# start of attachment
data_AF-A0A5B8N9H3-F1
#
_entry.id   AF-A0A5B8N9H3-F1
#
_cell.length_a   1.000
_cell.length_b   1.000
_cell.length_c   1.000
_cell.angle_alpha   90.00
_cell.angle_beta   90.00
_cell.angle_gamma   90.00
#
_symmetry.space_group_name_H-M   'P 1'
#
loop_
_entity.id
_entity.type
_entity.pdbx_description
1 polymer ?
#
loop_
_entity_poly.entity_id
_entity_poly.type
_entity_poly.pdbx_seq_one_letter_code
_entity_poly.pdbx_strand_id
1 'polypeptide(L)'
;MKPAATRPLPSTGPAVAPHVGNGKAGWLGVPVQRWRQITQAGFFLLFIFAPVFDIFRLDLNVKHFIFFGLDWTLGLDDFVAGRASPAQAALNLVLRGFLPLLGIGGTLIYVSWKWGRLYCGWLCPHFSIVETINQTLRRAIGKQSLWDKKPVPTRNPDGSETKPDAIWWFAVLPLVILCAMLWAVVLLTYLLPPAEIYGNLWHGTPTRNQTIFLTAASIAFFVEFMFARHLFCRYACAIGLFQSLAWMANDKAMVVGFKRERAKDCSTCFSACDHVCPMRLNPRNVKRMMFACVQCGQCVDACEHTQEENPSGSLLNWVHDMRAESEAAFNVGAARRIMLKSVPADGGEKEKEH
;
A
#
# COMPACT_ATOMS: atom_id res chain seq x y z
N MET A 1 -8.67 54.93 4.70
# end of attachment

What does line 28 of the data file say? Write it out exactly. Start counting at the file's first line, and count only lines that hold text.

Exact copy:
A